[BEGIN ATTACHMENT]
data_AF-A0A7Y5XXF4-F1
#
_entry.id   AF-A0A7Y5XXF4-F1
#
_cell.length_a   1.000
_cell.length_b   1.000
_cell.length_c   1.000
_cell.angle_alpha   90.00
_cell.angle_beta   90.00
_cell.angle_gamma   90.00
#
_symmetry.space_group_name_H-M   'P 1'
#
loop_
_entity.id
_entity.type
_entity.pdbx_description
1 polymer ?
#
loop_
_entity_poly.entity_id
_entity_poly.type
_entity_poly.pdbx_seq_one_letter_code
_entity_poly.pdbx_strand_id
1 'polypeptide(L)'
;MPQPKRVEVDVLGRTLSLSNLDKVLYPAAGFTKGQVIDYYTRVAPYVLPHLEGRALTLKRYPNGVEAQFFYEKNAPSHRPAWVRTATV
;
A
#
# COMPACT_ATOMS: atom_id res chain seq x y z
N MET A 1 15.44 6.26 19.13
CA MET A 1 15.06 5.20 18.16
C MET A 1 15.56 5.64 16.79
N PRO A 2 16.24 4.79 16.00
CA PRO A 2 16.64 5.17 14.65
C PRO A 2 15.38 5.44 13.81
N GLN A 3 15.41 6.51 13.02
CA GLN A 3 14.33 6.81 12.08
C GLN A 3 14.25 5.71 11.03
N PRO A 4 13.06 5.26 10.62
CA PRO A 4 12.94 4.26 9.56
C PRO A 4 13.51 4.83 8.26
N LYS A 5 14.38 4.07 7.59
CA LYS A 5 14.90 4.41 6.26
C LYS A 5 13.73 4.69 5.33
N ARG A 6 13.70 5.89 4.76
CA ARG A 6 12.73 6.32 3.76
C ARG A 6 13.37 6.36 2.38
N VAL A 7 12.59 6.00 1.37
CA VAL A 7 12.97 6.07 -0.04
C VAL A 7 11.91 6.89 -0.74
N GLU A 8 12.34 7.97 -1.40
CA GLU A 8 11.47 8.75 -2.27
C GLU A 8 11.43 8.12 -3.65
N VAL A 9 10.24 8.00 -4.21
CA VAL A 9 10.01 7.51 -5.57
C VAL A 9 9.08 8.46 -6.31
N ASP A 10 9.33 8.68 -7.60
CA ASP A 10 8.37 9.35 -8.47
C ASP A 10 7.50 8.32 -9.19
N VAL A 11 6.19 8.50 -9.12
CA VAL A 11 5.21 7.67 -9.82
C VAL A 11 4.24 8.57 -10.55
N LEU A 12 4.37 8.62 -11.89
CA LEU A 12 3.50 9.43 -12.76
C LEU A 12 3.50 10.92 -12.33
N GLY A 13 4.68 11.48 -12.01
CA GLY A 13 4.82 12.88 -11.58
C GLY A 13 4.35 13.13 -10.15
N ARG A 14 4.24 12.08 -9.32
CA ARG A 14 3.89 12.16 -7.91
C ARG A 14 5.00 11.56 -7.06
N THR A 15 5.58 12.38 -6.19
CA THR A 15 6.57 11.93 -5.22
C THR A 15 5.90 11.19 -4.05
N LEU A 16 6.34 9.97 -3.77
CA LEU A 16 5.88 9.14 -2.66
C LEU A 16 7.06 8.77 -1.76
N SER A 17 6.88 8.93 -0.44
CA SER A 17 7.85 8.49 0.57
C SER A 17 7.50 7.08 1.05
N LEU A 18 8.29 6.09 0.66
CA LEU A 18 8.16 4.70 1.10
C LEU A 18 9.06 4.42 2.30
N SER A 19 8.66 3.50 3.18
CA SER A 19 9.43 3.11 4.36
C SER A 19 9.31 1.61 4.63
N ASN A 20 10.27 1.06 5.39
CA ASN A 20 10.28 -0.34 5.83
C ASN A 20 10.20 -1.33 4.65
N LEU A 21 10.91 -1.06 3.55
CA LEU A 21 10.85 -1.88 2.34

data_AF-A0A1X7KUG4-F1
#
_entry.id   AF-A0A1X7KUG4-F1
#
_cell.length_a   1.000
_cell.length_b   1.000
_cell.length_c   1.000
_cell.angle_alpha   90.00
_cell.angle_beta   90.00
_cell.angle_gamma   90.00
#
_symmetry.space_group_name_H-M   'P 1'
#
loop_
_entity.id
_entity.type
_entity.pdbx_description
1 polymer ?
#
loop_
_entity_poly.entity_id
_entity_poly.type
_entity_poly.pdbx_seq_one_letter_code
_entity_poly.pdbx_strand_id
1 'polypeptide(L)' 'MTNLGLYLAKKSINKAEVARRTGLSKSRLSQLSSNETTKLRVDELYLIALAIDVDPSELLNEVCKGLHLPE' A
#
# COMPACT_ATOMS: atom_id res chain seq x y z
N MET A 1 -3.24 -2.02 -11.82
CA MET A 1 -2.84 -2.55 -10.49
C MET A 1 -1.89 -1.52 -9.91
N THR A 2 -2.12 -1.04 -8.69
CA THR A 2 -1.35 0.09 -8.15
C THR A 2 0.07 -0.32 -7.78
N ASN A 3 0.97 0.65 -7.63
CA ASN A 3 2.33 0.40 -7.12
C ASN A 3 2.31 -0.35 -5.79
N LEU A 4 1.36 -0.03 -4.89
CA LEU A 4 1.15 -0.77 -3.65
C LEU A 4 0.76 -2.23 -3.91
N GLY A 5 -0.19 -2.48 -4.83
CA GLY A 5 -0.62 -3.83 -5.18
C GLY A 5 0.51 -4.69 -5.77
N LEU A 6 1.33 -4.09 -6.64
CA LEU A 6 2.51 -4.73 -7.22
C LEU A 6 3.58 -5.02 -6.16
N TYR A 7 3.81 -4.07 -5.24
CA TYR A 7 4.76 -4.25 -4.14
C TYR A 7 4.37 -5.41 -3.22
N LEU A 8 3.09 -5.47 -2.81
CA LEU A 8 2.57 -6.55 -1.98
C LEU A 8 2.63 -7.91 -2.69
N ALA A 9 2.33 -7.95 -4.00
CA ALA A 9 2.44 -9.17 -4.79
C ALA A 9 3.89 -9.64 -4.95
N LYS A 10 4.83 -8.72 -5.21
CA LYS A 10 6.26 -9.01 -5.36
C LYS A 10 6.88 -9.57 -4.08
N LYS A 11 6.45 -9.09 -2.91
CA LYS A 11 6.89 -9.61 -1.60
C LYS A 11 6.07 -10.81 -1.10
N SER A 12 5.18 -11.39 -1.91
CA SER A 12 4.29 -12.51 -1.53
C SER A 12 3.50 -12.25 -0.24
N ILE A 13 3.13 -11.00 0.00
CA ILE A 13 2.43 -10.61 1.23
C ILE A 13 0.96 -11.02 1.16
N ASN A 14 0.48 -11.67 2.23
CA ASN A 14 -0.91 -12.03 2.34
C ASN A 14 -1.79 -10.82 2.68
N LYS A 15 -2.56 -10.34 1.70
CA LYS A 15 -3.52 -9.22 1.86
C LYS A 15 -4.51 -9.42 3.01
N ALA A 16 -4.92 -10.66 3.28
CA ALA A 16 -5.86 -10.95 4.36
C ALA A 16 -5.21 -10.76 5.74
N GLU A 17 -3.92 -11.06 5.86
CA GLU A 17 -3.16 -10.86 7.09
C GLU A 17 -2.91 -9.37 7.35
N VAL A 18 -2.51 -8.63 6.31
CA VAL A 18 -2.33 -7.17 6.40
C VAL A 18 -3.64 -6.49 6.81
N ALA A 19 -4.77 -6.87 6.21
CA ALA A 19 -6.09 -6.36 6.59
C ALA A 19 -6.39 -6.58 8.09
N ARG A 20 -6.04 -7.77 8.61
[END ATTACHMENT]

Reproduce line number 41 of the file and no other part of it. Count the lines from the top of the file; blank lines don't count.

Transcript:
CA PRO A 4 12.94 4.26 9.56